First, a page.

I tried to prove a special case of Cauchy-Schwarz:

$$x,y \text{ are linearly depending vectors} \Leftrightarrow |\langle x,y\rangle|=||x|| \cdot ||y||$$

$\Rightarrow$ is simple: \begin{eqnarray*} x= \lambda y \Leftrightarrow (x_1,\ldots,x_n)&=&(\lambda x_1,\ldots,\lambda x_n),\\ |\langle x,y\rangle|=||x|| \cdot ||y|| &\Leftrightarrow& |\langle x,\lambda x\rangle|=||x|| \cdot ||\lambda x|| \\ & \Leftrightarrow& |x_1 \lambda x_1+\ldots +x_n \lambda x_n|=\sqrt{x_1^2+\ldots+x_n^2} \cdot \sqrt{(\lambda x_1)^2+\ldots+(\lambda x_n)^2}\\ &\Leftrightarrow& |\lambda x_1^2+\ldots+\lambda x_n^2|= \sqrt{x_1^2+\ldots+x_n^2} \cdot \sqrt{\lambda^2(x_1^2+\ldots+x_n^2}\\ &\Leftrightarrow& |\lambda| \cdot |x_1^2+\ldots+x_n^2|=|\lambda| \cdot \sqrt{x_1^2+\ldots+x_n^2}^2\\ &\Leftrightarrow& |\lambda| \cdot |x_1^2+\ldots+x_n^2|=|\lambda| \cdot |x_1^2+\ldots+x_n^2| \end{eqnarray*}

Now I have absolutly no idea how to prove $\Leftarrow$. Anyone got in idea?

  • $\begingroup$ @CarstenSchultz thanks, I made an edit $\endgroup$
    – ulead86
    Jan 31, 2014 at 16:48

2 Answers 2


Yours is correct, but you don't need to use coordinates for this proof: just the definition of the norm $||x||$ as $\sqrt{\langle x,x \rangle}$ and the bilinear properties of the dot product.

For instance, if $y = \lambda x$, then, on the one hand,

$$ |\langle x, y \rangle| = |\langle x, \lambda x \rangle| =|\lambda \cdot \langle x, x \rangle| = |\lambda |\cdot || x||^2 \ . $$

On the other hand,

$$ ||x||\cdot ||y|| =||x||\cdot ||\lambda x|| = |\lambda | \cdot ||x||^2 $$


The other implication doesn't need coordinates either: if $y \neq \lambda x$, then

$$ y - \lambda x \neq 0 \qquad \Longleftrightarrow \qquad ||y - \lambda x|| \neq 0 \ . $$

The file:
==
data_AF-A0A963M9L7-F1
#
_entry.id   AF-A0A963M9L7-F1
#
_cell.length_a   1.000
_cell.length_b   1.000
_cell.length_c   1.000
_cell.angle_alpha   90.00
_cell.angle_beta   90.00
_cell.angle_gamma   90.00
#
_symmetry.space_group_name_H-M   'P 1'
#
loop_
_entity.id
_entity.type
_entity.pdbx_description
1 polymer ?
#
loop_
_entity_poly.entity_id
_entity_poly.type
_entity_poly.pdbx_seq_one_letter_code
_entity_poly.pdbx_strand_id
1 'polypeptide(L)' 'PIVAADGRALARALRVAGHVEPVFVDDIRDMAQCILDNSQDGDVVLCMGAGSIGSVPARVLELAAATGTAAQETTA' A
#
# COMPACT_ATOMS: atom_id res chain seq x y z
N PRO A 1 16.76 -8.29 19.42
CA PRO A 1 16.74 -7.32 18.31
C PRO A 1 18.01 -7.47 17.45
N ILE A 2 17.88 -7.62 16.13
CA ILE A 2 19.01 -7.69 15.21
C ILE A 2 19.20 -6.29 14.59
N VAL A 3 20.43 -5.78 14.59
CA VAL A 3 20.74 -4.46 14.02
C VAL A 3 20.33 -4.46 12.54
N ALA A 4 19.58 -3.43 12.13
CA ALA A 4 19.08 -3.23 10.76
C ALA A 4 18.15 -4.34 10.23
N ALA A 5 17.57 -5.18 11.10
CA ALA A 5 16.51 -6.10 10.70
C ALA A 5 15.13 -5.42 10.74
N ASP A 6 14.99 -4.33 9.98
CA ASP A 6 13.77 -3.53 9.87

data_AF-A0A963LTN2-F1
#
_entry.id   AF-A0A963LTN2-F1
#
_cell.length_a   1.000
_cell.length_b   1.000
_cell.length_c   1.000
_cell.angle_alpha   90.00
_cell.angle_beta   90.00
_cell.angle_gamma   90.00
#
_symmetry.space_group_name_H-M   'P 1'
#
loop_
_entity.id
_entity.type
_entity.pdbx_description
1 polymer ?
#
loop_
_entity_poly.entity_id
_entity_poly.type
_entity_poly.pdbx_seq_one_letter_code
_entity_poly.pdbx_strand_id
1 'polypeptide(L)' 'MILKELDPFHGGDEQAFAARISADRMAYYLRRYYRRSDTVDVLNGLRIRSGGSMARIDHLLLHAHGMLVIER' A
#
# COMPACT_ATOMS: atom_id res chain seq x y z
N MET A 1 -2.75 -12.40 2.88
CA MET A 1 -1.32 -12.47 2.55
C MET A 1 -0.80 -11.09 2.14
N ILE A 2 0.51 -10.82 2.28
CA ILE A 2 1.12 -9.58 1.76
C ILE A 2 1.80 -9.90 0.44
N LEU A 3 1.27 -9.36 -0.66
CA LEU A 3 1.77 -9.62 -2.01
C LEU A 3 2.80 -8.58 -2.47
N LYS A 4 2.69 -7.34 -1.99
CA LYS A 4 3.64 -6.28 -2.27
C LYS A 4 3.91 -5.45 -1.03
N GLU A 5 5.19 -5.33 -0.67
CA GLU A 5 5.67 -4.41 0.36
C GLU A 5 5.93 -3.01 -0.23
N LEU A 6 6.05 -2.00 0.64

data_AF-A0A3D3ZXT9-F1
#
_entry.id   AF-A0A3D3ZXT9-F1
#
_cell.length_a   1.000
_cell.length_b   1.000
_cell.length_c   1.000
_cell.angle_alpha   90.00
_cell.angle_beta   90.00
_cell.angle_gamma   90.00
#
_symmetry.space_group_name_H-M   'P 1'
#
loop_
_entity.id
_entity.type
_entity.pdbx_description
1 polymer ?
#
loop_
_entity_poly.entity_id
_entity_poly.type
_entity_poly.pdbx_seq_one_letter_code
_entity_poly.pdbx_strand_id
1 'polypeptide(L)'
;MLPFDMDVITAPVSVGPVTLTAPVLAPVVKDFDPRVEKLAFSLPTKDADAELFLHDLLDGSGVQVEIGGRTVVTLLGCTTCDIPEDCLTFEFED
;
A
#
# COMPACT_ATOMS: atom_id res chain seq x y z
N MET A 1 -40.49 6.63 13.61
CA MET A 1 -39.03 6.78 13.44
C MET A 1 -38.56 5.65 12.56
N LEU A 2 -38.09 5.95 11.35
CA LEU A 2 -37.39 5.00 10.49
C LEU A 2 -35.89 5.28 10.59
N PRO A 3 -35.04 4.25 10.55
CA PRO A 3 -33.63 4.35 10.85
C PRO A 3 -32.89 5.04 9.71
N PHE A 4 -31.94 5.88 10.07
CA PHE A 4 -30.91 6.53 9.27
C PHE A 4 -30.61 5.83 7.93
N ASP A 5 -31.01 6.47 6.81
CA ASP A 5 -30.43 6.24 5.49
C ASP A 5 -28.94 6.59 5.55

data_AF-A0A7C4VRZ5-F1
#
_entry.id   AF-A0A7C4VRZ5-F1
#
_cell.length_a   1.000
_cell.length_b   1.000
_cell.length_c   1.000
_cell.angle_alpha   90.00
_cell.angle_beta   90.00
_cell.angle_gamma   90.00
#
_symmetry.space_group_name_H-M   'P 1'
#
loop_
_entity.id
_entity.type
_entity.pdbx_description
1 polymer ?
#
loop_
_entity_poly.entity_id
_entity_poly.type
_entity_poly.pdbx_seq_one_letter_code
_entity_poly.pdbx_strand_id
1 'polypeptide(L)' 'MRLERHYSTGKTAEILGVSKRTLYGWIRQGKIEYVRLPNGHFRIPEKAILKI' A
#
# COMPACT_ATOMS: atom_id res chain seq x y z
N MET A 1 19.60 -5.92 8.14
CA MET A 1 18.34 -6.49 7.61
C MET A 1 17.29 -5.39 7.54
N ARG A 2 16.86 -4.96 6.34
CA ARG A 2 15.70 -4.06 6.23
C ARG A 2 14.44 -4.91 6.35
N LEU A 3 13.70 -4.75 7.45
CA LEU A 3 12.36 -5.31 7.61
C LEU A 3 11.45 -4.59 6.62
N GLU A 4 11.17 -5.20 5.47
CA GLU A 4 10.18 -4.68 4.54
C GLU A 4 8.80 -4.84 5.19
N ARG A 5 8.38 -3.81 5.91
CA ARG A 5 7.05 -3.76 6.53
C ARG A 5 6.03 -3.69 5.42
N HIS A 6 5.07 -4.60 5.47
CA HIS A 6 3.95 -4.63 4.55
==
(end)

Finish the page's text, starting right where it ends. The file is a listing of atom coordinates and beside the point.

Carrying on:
Which is the same as

$$ \ 0 <||y - \lambda x||^2 = \langle y-\lambda x , y - \lambda x\rangle = || y ||^2 -2\lambda \langle x, y\rangle + \lambda^2 ||x||^2 \ . $$

Now, if you consider this last expression as a polynomial in $\lambda$, you just have proved that

$$ P(\lambda ) = || y ||^2 -2\lambda \langle x, y\rangle + \lambda^2 ||x||^2 > 0 \qquad \text{for all} \quad \lambda \ . $$

Hence, this polynomial has no roots. So its discriminant must be negative:

$$ 4\langle x, y\rangle^2 - 4 ||y||^2||x||^2 < 0 \ . $$

In particular,

$$ |\langle x, y \rangle | \neq ||x||\cdot||y|| \ . $$

  • $\begingroup$ Very nice answer, thank you very much. $\endgroup$
    – ulead86
    Jan 31, 2014 at 17:19
  • 1
    $\begingroup$ You're welcome. The advantage of this proof "coordinate-free", or not using the particular formula for the standard dot product in $\mathbb{R}^n$, is that it's available for no matter what Euclidian vector space. $\endgroup$ Jan 31, 2014 at 17:28

Suppose $\lambda y-x\neq0$ for all $\lambda\in\mathbb R$. so $$0<|\lambda y-x|^2=\sum_{i=1}^n(\lambda y_i-x_i)^2=\lambda^2\sum_{i=1}^ny_i^2-2\lambda\sum_{i=1}^n x_iy_i+\sum_{i=1}^n x_i^2$$ Therefore the right side is a quadratic equation in $\lambda$ with no real solution, and its discriminant must be negative. Thus $$4\left(\sum_{i=1}^n x_iy_i\right)^2-4\left(\sum_{i=1}^nx_i^2\right)\left(\sum_{i=1}^ny_i^2\right)<0.$$


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